Taking sets to failure is counterproductive when you first start weight training. For the first six months of training, focus on learning good technique using a predetermined number of reps and sets that will fatigue the muscles you’re working. You don’t need the additional stress on your muscles as a beginner that training to failure subjects them too. You should make gains quite nicely using a standard approach to training your muscles to fatigue but not failure.

Not every exercise is ideal for training to failure

The last thing you want is to use sloppy form to eke out an additional rep. With certain exercises, like squats and deadlifts, going to failure can lead to a major breakdown in form and a higher risk of injury. Choose the exercises you take to failure wisely. Doing overhead presses to failure could lead to a painful shoulder dislocation or another injury. So, choose your exercises carefully.

You don’t have to train to failure to achieve growth

Research shows that you can gain strength and muscle size without training to failure. It’s not a prerequisite for improving your physique. You’ll make gains, especially in the beginning, if you stop one to two reps before failure. Where training to failure is most useful is when you reach a plateau and need a new stimulus to get your muscles to grow. There are other ways, besides training to failure, to break through a plateau. You can adjust other parameters such as weight, reps, sets, and tempo.

But, also keep in mind that studies show that training to failure can boost your strength gains. In one study participants who bench pressed to muscle, failure gained 5% more strength relative to those who didn’t train to failure. So, done judiciously, training to momentary muscle failure can help you make greater gains.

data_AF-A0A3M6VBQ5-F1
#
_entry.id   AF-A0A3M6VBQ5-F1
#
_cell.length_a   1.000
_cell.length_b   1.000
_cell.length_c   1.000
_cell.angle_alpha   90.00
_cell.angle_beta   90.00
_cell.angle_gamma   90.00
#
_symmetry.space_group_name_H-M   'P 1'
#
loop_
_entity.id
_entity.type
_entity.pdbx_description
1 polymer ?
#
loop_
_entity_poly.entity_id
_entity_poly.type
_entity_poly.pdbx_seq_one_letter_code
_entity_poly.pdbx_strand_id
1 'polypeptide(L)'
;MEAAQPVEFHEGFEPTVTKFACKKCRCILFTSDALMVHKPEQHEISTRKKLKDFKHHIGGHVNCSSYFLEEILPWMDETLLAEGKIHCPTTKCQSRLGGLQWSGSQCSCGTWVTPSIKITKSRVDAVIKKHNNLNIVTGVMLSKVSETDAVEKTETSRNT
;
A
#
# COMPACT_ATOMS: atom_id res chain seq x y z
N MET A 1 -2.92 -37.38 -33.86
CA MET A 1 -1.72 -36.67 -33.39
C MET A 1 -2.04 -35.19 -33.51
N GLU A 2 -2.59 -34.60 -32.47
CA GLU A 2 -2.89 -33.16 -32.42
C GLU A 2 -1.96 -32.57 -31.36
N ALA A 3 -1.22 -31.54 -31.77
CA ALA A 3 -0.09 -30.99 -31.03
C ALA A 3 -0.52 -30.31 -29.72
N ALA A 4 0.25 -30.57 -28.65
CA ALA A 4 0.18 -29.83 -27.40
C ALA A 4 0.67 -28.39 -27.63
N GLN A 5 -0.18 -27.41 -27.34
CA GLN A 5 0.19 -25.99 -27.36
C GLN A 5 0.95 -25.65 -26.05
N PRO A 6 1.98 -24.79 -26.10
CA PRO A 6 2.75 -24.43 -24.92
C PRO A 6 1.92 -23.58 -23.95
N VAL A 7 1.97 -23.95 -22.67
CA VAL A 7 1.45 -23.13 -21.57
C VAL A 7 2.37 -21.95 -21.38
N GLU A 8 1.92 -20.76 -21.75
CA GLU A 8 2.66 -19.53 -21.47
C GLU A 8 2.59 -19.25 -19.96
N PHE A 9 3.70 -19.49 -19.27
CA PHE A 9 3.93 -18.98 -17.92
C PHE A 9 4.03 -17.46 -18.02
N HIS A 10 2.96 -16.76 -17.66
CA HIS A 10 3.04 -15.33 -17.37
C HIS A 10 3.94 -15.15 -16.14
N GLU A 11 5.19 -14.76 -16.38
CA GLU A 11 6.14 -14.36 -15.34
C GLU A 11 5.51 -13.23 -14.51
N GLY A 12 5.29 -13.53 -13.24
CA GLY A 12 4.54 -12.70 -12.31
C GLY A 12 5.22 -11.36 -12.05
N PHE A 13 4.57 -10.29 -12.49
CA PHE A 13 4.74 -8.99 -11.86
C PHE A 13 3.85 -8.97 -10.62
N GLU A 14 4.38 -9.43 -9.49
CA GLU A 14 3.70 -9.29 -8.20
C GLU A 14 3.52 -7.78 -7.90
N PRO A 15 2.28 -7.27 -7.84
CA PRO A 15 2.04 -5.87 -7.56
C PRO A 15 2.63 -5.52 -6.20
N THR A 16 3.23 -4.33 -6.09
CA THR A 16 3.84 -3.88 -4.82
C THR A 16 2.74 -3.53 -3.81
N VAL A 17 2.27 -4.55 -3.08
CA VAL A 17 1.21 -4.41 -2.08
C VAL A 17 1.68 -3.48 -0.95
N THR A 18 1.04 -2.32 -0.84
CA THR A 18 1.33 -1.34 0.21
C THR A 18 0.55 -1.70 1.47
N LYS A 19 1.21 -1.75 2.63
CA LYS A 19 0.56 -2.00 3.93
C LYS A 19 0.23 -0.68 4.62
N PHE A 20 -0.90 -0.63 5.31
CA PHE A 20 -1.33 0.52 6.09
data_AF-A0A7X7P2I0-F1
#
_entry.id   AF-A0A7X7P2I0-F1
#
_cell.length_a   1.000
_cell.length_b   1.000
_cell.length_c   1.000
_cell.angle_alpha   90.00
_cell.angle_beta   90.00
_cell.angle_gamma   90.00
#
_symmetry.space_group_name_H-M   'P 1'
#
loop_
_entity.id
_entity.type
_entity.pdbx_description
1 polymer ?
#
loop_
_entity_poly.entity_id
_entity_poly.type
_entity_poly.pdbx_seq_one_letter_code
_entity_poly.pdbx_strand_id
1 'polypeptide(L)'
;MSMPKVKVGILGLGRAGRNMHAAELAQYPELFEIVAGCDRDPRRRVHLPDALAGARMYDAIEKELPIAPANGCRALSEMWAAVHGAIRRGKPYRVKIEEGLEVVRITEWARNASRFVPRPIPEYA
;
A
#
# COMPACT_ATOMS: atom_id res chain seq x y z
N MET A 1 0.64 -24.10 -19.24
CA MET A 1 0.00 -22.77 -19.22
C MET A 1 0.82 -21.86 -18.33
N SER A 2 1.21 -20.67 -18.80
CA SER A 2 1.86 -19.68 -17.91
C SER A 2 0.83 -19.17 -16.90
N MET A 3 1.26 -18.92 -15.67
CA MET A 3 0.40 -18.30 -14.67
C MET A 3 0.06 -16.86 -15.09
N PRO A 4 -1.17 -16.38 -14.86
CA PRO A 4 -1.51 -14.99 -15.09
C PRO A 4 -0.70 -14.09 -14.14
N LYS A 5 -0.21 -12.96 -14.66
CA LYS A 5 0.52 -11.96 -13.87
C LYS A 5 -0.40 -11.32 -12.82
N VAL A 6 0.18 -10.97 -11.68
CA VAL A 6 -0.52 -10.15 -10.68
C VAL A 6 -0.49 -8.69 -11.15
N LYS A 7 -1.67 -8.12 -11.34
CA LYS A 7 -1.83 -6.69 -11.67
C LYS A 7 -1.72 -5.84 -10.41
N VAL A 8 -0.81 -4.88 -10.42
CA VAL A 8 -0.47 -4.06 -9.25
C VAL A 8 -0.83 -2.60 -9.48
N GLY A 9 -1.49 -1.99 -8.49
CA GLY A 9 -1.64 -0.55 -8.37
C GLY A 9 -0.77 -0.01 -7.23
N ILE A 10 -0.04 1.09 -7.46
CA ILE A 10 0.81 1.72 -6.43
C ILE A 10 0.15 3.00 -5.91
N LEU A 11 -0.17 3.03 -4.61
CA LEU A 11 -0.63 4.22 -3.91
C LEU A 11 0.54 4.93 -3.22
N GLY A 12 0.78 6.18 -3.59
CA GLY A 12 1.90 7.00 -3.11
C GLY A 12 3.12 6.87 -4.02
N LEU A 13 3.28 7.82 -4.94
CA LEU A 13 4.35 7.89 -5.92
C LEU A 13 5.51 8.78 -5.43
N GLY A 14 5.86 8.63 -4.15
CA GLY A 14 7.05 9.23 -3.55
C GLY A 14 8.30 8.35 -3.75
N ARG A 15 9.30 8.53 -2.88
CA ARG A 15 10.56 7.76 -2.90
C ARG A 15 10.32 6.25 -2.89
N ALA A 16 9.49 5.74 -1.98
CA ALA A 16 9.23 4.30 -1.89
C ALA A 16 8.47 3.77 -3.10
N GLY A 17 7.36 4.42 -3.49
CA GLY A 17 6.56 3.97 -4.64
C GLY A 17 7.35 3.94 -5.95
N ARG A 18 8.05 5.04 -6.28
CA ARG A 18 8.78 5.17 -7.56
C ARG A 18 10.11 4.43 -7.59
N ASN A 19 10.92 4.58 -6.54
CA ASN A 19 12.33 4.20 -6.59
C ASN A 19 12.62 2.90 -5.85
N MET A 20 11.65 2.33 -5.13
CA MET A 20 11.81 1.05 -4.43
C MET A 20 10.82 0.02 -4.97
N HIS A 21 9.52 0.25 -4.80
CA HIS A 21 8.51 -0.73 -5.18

The Bottom Line

Should you work your muscles to failure or not? If you’re looking for greater growth, include some sets to failure. How often and how many depends on how experienced you are as a weightlifter. If you’ve only been training for six months, take your sets to muscle fatigue but not to failure. Wait until you’ve been training a while and have mastered the form on the exercises you’re doing. Even if you’ve been training a while, don’t do it on every set. A good rule of thumb is to take the last set of an exercise to failure.

As mentioned, it’s not a good idea to take exercises that are already challenging to perform to failure. Good examples are military presses, squats, and deadlifts. Also, lighten up on the weight a bit if you’re taking a set to failure as the weight will be harder to control on the last rep.

Now, you know why you should train to failure if you’re experienced and when you should or shouldn’t do it. Use it as a tool to encourage further muscle group – but use it cautiously.


References: “Ask The Muscle Prof: Is Training To Failure Helping Or Hurting Me?”
J Strength Cond Res. 2007 May;21(2):628-31.
J Strength Cond Res. 2005 May;19(2):382-8.
Sports Med. 2013 Mar;43(3):179-94.


Related Articles by Cathe:

Are There Drawbacks and Risks of Training to Failure?

Muscle Fatigue vs Muscle Failure: What’s the Difference?

Is Muscle Damage Necessary for Muscle Growth?

What Are Pre-Exhaust and Post-Exhaust Sets?


Related Cathe Friedrich Workout DVDs:

STS Strength 90 Day Workout Program

All of Cathe’s Strength & Toning Workout DVDs
Total Body Workouts
Lower Body Workouts
Upper Body Workouts